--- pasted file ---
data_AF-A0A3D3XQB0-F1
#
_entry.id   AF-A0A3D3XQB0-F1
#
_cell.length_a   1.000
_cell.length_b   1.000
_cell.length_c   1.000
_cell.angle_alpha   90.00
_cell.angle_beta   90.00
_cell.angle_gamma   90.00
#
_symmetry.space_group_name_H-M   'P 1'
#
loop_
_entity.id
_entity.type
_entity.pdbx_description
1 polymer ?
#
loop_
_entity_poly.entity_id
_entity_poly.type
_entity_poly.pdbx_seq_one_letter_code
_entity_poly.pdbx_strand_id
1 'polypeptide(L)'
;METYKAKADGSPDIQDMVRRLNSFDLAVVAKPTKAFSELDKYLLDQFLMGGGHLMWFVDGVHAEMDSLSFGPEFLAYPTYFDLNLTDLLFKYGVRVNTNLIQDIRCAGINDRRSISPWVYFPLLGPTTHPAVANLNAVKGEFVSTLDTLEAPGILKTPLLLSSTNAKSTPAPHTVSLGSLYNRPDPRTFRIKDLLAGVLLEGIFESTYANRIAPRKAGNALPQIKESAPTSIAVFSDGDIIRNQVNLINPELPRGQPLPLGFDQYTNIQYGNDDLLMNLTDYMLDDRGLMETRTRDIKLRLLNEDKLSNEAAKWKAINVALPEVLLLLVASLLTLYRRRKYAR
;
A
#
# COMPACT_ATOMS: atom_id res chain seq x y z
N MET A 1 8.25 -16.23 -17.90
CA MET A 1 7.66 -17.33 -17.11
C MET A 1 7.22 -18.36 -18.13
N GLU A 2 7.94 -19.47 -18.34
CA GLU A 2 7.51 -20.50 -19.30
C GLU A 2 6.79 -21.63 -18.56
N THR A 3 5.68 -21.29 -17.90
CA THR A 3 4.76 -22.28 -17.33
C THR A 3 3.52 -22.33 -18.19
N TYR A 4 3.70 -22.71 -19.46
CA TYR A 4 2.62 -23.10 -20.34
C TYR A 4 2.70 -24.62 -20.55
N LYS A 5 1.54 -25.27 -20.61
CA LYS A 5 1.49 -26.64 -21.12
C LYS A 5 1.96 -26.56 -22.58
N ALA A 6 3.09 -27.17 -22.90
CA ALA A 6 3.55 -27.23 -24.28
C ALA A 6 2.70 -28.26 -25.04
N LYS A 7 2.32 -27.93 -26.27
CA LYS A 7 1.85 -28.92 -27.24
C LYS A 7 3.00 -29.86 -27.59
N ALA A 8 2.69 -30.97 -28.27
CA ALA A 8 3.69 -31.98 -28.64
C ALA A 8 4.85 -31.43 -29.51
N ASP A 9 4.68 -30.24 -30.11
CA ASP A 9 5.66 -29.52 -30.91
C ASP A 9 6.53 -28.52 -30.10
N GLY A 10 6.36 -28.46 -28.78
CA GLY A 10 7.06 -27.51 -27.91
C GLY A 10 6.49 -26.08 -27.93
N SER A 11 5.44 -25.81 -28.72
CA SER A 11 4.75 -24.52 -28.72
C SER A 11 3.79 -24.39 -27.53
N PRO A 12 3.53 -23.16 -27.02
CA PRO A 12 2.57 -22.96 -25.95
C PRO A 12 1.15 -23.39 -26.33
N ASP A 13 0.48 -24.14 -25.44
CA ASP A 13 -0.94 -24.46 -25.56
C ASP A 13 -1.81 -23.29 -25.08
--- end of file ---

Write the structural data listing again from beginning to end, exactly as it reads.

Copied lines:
data_AF-A0A3D3XQB0-F1
#
_entry.id   AF-A0A3D3XQB0-F1
#
_cell.length_a   1.000
_cell.length_b   1.000
_cell.length_c   1.000
_cell.angle_alpha   90.00
_cell.angle_beta   90.00
_cell.angle_gamma   90.00
#
_symmetry.space_group_name_H-M   'P 1'
#
loop_
_entity.id
_entity.type
_entity.pdbx_description
1 polymer ?
#
loop_
_entity_poly.entity_id
_entity_poly.type
_entity_poly.pdbx_seq_one_letter_code
_entity_poly.pdbx_strand_id
1 'polypeptide(L)'
;METYKAKADGSPDIQDMVRRLNSFDLAVVAKPTKAFSELDKYLLDQFLMGGGHLMWFVDGVHAEMDSLSFGPEFLAYPTYFDLNLTDLLFKYGVRVNTNLIQDIRCAGINDRRSISPWVYFPLLGPTTHPAVANLNAVKGEFVSTLDTLEAPGILKTPLLLSSTNAKSTPAPHTVSLGSLYNRPDPRTFRIKDLLAGVLLEGIFESTYANRIAPRKAGNALPQIKESAPTSIAVFSDGDIIRNQVNLINPELPRGQPLPLGFDQYTNIQYGNDDLLMNLTDYMLDDRGLMETRTRDIKLRLLNEDKLSNEAAKWKAINVALPEVLLLLVASLLTLYRRRKYAR
;
A
#
# COMPACT_ATOMS: atom_id res chain seq x y z
N MET A 1 8.25 -16.23 -17.90
CA MET A 1 7.66 -17.33 -17.11
C MET A 1 7.22 -18.36 -18.13
N GLU A 2 7.94 -19.47 -18.34
CA GLU A 2 7.51 -20.50 -19.30
C GLU A 2 6.79 -21.63 -18.56
N THR A 3 5.68 -21.29 -17.90
CA THR A 3 4.76 -22.28 -17.33
C THR A 3 3.52 -22.33 -18.19
N TYR A 4 3.70 -22.71 -19.46
CA TYR A 4 2.62 -23.10 -20.34
C TYR A 4 2.70 -24.62 -20.55
N LYS A 5 1.54 -25.27 -20.61
CA LYS A 5 1.49 -26.64 -21.12
C LYS A 5 1.96 -26.56 -22.58
N ALA A 6 3.09 -27.17 -22.90
CA ALA A 6 3.55 -27.23 -24.28
C ALA A 6 2.70 -28.26 -25.04
N LYS A 7 2.32 -27.93 -26.27
CA LYS A 7 1.85 -28.92 -27.24
C LYS A 7 3.00 -29.86 -27.59
N ALA A 8 2.69 -30.97 -28.27
CA ALA A 8 3.69 -31.98 -28.64
C ALA A 8 4.85 -31.43 -29.51
N ASP A 9 4.68 -30.24 -30.11
CA ASP A 9 5.66 -29.52 -30.91
C ASP A 9 6.53 -28.52 -30.10
N GLY A 10 6.36 -28.46 -28.78
CA GLY A 10 7.06 -27.51 -27.91
C GLY A 10 6.49 -26.08 -27.93
N SER A 11 5.44 -25.81 -28.72
CA SER A 11 4.75 -24.52 -28.72
C SER A 11 3.79 -24.39 -27.53
N PRO A 12 3.53 -23.16 -27.02
CA PRO A 12 2.57 -22.96 -25.95
C PRO A 12 1.15 -23.39 -26.33
N ASP A 13 0.48 -24.14 -25.44
CA ASP A 13 -0.94 -24.46 -25.56
C ASP A 13 -1.81 -23.29 -25.08